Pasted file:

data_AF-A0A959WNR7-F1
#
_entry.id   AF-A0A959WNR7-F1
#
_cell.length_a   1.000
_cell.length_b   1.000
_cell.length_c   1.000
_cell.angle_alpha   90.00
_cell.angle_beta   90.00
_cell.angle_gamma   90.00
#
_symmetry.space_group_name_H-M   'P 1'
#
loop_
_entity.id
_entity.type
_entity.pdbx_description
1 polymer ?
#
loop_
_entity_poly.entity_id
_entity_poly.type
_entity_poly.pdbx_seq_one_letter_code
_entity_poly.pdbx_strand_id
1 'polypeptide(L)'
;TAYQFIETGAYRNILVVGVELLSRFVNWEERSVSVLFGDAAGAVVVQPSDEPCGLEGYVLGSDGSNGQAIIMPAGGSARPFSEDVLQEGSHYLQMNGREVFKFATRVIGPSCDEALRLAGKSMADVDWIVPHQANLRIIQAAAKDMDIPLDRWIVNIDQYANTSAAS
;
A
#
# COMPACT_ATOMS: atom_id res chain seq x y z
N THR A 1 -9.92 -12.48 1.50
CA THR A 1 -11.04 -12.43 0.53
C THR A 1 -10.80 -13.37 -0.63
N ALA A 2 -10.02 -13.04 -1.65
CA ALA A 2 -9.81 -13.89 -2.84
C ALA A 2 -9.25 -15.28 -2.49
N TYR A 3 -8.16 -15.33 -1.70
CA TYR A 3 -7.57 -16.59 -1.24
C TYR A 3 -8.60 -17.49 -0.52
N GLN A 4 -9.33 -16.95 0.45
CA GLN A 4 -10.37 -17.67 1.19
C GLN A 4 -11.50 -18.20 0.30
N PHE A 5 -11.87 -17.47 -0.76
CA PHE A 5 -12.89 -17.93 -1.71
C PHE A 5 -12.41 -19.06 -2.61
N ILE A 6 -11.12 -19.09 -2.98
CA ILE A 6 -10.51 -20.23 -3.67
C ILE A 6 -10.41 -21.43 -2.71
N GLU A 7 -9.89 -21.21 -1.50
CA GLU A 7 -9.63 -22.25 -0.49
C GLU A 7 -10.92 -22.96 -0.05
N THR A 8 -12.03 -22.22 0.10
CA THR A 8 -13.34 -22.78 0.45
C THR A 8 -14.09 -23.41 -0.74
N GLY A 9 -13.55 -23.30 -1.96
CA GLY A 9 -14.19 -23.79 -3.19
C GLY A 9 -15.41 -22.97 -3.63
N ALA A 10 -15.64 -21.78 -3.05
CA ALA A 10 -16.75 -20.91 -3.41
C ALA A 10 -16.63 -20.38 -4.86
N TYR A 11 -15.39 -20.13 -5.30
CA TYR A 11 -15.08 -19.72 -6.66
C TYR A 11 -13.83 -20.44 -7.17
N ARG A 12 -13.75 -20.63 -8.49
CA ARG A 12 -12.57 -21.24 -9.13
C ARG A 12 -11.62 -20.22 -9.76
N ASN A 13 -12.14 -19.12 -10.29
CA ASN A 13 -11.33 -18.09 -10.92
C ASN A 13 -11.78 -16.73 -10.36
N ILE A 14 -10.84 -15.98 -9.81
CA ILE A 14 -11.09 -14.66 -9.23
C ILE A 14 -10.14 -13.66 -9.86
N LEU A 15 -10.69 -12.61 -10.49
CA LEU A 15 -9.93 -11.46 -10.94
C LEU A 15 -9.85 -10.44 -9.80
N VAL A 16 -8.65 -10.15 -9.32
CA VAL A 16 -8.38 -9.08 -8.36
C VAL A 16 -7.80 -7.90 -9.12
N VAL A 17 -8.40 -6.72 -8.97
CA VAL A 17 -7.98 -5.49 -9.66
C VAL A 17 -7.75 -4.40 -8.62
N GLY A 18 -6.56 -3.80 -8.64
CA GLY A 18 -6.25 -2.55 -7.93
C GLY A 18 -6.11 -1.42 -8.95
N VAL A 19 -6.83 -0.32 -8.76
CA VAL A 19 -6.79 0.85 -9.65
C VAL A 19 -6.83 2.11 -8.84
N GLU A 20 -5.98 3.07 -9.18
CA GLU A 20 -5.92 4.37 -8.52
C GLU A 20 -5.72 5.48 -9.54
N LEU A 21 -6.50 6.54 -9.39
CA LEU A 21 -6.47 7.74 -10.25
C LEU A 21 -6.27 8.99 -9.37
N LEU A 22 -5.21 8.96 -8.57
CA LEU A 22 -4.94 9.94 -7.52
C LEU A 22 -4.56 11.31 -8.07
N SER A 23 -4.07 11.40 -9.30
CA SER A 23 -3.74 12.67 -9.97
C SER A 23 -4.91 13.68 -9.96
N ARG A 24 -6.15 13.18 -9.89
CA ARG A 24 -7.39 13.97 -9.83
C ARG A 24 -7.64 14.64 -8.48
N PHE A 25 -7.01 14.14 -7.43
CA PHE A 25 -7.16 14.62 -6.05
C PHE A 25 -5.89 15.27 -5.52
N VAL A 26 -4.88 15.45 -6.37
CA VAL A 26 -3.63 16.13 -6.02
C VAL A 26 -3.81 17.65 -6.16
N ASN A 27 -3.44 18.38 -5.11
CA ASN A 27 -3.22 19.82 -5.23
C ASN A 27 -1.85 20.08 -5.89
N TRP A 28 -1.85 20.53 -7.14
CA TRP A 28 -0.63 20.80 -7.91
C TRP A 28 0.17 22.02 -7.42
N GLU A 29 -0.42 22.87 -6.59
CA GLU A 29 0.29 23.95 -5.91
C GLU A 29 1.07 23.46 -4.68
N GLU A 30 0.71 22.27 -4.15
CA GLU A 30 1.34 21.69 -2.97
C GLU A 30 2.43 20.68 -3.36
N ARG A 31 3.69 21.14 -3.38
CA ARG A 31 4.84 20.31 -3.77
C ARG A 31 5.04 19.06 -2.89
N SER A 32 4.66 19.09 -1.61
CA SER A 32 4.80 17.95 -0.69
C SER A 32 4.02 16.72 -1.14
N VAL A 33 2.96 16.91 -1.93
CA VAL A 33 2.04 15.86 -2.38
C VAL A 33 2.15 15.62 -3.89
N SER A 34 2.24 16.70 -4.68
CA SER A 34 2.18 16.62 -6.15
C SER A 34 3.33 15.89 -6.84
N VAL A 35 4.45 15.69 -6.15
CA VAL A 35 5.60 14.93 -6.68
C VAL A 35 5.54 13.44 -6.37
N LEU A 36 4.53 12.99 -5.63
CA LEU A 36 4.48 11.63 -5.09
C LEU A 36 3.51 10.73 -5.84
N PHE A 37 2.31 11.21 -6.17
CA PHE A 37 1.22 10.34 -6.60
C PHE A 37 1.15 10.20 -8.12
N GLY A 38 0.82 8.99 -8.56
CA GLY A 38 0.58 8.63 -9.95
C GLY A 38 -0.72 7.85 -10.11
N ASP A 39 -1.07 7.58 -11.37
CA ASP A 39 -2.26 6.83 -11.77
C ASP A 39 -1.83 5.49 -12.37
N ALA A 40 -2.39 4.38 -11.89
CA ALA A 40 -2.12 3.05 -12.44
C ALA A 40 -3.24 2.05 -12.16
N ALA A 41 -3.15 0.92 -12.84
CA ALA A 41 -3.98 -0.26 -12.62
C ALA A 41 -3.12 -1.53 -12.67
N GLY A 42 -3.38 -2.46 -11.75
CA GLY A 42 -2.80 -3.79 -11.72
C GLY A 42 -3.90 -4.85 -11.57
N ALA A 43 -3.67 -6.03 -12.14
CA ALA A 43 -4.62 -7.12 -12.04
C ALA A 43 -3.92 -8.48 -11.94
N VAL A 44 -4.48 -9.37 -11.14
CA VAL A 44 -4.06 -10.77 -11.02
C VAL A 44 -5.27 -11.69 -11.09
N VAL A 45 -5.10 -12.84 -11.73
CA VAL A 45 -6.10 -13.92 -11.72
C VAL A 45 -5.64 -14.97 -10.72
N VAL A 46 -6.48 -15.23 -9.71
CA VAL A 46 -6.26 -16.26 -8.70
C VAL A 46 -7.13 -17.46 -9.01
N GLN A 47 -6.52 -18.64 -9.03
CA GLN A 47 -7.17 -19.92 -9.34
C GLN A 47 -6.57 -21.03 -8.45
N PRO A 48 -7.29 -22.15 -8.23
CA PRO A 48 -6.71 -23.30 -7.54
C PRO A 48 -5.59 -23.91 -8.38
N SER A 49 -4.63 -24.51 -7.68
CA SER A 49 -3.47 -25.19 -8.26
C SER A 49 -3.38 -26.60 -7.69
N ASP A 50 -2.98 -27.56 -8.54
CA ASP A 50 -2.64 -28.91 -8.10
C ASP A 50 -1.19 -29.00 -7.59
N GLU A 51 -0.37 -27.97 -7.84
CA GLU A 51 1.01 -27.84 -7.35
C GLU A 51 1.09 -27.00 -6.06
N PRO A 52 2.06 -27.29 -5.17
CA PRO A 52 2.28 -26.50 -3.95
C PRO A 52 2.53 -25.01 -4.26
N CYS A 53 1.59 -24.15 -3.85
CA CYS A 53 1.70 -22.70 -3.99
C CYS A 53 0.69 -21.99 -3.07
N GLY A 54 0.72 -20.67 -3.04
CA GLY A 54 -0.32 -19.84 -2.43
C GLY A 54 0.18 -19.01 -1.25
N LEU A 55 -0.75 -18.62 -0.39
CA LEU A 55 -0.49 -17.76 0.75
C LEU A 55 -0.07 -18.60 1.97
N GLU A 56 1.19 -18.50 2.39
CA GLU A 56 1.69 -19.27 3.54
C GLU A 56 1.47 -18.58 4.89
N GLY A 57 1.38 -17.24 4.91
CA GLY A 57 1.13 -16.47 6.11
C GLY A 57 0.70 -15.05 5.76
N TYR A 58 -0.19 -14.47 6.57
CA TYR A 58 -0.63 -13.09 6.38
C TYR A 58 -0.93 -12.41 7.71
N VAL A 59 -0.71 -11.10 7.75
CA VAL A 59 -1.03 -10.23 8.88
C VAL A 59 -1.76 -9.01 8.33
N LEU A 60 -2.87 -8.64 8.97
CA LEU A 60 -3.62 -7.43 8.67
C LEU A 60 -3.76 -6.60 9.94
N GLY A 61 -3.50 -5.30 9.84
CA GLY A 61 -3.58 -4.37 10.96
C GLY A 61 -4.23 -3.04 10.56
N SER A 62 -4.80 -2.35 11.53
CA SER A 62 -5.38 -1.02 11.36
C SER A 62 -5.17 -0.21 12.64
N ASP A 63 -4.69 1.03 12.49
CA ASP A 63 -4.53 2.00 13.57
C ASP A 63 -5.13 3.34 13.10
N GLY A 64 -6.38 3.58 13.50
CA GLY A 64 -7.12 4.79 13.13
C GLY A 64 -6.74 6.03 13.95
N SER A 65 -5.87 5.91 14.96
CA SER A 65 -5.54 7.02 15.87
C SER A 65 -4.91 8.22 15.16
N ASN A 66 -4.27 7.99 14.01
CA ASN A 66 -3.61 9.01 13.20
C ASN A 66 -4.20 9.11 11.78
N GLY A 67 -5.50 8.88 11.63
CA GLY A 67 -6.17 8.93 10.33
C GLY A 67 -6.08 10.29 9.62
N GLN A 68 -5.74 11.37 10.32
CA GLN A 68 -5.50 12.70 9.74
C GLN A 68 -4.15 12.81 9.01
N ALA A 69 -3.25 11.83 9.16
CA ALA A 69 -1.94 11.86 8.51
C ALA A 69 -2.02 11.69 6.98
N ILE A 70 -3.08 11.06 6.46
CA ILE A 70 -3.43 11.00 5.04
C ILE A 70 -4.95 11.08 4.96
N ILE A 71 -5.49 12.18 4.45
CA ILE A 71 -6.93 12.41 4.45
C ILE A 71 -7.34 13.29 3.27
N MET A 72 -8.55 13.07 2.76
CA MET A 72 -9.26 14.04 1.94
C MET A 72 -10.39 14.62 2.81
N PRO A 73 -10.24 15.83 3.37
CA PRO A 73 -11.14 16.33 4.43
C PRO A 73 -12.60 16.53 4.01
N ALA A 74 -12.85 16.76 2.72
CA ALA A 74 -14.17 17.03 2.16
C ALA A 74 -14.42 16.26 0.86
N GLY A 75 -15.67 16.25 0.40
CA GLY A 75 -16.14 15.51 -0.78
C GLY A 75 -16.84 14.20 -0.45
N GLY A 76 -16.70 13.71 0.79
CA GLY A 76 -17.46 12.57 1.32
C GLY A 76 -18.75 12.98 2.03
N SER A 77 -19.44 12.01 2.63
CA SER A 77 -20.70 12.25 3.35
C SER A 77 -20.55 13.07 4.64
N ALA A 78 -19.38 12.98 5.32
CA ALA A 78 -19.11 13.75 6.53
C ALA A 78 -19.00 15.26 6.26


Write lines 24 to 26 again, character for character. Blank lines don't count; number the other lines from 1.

_entity_poly.pdbx_strand_id
1 'polypeptide(L)'
;TAYQFIETGAYRNILVVGVELLSRFVNWEERSVSVLFGDAAGAVVVQPSDEPCGLEGYVLGSDGSNGQAIIMPAGGSARPFSEDVLQEGSHYLQMNGREVFKFATRVIGPSCDEALRLAGKSMADVDWIVPHQANLRIIQAAAKDMDIPLDRWIVNIDQYANTSAAS